Inclusive transport will be critical to women’s empowerment—and to development as a whole
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Also available in: Española significant share of women all over the world experience sexual harassment on public transport, often in pandemic proportions, the majority of cases goes unreported.
The session was conceived to explore development implications of women-only transport; highlight why laws matter for women in the transport sector; and better prepare World Bank staff to discuss these two topics with their respective clients.
The women-only transport concept regularly catches the media’s attention and has been debated before. Those who favor providing women with the option of gender segregated transport say it provides much-needed safety for women and facilitates their access to income-earning opportunities and various services. Those against segregation say it further reinforces gender inequalities and entrenches sexist attitudes.
“The conversation today is not only about women’s rights. It is not only about enhancing the well-being of women,” explained Karla Gonzalez Carvajal, Practice Manager in the Transport and Digital Development Global Practice at the World Bank, during her introductory remarks. “It is about addressing mobility barriers for half of the world’s population. We need to think holistically in our transport sector projects to tackle both employment and service side barriers in order to deliver safe mobility and inclusive employment opportunities for all in the transport sector.”
Is gender-segregated transport a bad idea…
“Gender segregation in public transport does not address the root causes of gender discrimination and violence. It’s not by any means a solution to the problem of sexual harassment,” said Ximena Andion, Director of Instituto Simone de Beauvoir in Mexico. “ It does not give more rights to women and it doesn’t address the norms and rules.”
“Stop defining all men as predators,” added Marty Langelan (Langelan & Associates). "What a strategic mistake. Many men are allies. Segregated transport is a misplaced investment, a failure of both ethics and economics. Systematic intervention programs are far more effective. Intervention stops harassers on the entire transport system.”
… or a practical necessity?
“A recent International Labor Organization (ILO) study shows that limited access to and safety of transport reduces the probability of women’s labor force participation by 16.5% in developing countries” pointed out Farhad Ahmed, Senior Transport Specialist at the World Bank. “If women are not able to use public transport safely, it could have a long-term impact on transport planning.”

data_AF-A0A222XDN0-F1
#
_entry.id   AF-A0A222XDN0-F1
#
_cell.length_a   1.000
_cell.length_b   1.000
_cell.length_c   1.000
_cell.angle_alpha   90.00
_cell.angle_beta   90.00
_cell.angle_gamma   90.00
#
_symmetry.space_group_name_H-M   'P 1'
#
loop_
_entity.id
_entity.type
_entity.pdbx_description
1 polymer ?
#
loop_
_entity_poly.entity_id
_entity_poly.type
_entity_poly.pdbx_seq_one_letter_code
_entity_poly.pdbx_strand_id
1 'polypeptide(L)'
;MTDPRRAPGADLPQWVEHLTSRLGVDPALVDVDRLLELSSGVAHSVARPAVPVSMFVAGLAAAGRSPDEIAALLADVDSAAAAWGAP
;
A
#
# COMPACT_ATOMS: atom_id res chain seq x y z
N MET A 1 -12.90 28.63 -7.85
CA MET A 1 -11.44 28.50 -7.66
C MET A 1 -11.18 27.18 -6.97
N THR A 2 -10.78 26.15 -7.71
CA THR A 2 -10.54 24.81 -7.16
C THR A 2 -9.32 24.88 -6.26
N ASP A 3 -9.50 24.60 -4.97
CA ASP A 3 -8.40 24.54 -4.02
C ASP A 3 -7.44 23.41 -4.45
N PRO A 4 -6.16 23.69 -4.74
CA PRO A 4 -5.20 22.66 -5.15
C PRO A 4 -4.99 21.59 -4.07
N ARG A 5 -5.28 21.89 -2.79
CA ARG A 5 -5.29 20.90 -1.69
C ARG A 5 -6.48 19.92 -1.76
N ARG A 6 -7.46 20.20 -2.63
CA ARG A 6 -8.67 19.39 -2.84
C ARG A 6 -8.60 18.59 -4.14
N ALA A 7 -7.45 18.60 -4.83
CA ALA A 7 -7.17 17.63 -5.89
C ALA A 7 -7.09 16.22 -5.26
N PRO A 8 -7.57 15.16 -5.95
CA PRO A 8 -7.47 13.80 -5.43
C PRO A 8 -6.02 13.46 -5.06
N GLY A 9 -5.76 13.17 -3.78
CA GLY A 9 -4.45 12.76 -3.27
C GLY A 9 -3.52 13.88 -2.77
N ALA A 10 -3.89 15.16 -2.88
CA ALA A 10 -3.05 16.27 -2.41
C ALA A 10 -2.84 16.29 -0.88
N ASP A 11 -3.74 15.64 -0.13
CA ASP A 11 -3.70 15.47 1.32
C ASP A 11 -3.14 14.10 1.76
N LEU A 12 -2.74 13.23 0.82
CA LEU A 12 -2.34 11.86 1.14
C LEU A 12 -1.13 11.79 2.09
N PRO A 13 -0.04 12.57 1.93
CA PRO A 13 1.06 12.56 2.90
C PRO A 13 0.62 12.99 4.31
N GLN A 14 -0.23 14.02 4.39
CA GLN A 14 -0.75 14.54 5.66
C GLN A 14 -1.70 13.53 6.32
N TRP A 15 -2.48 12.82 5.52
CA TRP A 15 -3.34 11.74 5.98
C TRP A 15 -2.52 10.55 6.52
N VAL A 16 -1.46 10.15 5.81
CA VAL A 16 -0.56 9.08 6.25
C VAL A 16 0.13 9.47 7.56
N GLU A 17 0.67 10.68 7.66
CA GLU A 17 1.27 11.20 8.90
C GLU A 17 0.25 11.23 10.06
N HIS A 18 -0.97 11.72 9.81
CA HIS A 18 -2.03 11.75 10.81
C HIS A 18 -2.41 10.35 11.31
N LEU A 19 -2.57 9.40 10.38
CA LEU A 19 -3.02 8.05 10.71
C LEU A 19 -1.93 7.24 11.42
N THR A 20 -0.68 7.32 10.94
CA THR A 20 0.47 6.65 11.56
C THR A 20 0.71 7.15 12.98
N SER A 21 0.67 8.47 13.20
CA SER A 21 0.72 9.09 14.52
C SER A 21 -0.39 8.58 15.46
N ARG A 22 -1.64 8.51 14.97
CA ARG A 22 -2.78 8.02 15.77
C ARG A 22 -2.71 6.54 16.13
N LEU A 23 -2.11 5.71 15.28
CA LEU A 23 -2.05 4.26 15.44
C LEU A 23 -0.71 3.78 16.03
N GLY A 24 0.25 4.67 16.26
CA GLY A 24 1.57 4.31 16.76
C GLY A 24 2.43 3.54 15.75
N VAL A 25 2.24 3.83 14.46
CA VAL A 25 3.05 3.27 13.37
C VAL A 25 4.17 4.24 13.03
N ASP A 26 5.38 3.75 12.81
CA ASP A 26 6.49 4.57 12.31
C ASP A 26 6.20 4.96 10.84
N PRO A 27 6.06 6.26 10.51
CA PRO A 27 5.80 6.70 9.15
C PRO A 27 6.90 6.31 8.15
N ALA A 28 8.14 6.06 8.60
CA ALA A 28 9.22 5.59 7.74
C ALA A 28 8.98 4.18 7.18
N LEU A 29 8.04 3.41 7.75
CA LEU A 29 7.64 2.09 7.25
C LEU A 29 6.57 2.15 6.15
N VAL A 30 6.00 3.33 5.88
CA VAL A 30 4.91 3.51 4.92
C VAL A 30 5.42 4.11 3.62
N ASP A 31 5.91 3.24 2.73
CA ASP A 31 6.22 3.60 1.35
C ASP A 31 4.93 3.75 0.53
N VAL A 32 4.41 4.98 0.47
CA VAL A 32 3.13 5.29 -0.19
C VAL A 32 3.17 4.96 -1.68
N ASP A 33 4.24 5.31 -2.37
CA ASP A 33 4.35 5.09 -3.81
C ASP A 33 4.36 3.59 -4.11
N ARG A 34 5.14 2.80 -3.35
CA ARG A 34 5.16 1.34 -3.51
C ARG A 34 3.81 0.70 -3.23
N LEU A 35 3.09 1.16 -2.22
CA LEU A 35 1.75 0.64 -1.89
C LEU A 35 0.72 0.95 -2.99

“In some countries, sexual harassment on transport translates into girls missing school, women giving up job offers, or even being unable to access essential healthcare services” added ElsaMarie D’Silva, Founder & CEO of Red Dot Foundation.
Women, Business and the Law
The second half of the discussion focused on data from the new 2018 World Bank report, “Women, Business and the Law,” which examined restrictions on women’s employment in the transport sector. The data underscored the fact that more than 2.7 billion women globally are legally restricted from having the same choice of jobs as men. 19 economies currently impose restrictions on women’s employment in transport, and 177 economies do not prohibit sexual harassment in public places.
“Everyone agrees on the goal of public transport in which all users – men and women – feel secure. Alternatives for getting to that goal either through fully integrated public transport with enhanced protection for women or by providing women with the option of women-only subway cars have big implications for economies as a whole and for individual beneficiaries” said Franz R. Drees-Gross, Director, Director for Transport & Digital Development at the World Bank, during concluding remarks. “We need to be aware of all the trade-offs so that we can provide customized development solutions to our clients.”
The debate as a whole focused on strategies to reduce violence against women on public transport and increase women’s mobility. The discussion shed light on the complexity of the issue, and suggested several out-of-the box solutions that highlight the need to fully incorporate gender considerations in designing and planning public transport.
While the jury is still out on how exactly to expand women’s access to mobility, employing women in the sector can lead to more inclusive transport infrastructure and service development, which can also influence the debate over women-only transport by bringing women’s perspectives directly to the decision-making table.